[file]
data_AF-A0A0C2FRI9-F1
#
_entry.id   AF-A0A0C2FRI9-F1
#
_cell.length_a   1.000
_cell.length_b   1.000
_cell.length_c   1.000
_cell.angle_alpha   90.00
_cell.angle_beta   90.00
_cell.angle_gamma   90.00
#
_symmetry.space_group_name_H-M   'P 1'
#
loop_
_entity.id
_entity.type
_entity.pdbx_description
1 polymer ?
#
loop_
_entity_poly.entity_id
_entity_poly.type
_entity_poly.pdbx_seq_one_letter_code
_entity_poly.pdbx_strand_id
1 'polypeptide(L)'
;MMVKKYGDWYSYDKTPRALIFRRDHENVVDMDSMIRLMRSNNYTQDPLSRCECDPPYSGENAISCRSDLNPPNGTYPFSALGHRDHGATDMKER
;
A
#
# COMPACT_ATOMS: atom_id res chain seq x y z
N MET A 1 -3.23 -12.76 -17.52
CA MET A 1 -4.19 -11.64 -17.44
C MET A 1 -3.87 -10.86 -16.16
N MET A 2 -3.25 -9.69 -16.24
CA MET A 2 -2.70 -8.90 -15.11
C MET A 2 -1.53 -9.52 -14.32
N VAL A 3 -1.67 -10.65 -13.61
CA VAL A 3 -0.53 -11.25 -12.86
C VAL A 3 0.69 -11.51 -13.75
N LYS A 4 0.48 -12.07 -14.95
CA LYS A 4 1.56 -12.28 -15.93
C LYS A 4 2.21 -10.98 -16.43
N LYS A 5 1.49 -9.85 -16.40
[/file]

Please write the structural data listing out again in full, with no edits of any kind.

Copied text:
data_AF-A0A0C2FRI9-F1
#
_entry.id   AF-A0A0C2FRI9-F1
#
_cell.length_a   1.000
_cell.length_b   1.000
_cell.length_c   1.000
_cell.angle_alpha   90.00
_cell.angle_beta   90.00
_cell.angle_gamma   90.00
#
_symmetry.space_group_name_H-M   'P 1'
#
loop_
_entity.id
_entity.type
_entity.pdbx_description
1 polymer ?
#
loop_
_entity_poly.entity_id
_entity_poly.type
_entity_poly.pdbx_seq_one_letter_code
_entity_poly.pdbx_strand_id
1 'polypeptide(L)'
;MMVKKYGDWYSYDKTPRALIFRRDHENVVDMDSMIRLMRSNNYTQDPLSRCECDPPYSGENAISCRSDLNPPNGTYPFSALGHRDHGATDMKER
;
A
#
# COMPACT_ATOMS: atom_id res chain seq x y z
N MET A 1 -3.23 -12.76 -17.52
CA MET A 1 -4.19 -11.64 -17.44
C MET A 1 -3.87 -10.86 -16.16
N MET A 2 -3.25 -9.69 -16.24
CA MET A 2 -2.70 -8.90 -15.11
C MET A 2 -1.53 -9.52 -14.32
N VAL A 3 -1.67 -10.65 -13.61
CA VAL A 3 -0.53 -11.25 -12.86
C VAL A 3 0.69 -11.51 -13.75
N LYS A 4 0.48 -12.07 -14.95
CA LYS A 4 1.56 -12.28 -15.93
C LYS A 4 2.21 -10.98 -16.43
N LYS A 5 1.49 -9.85 -16.40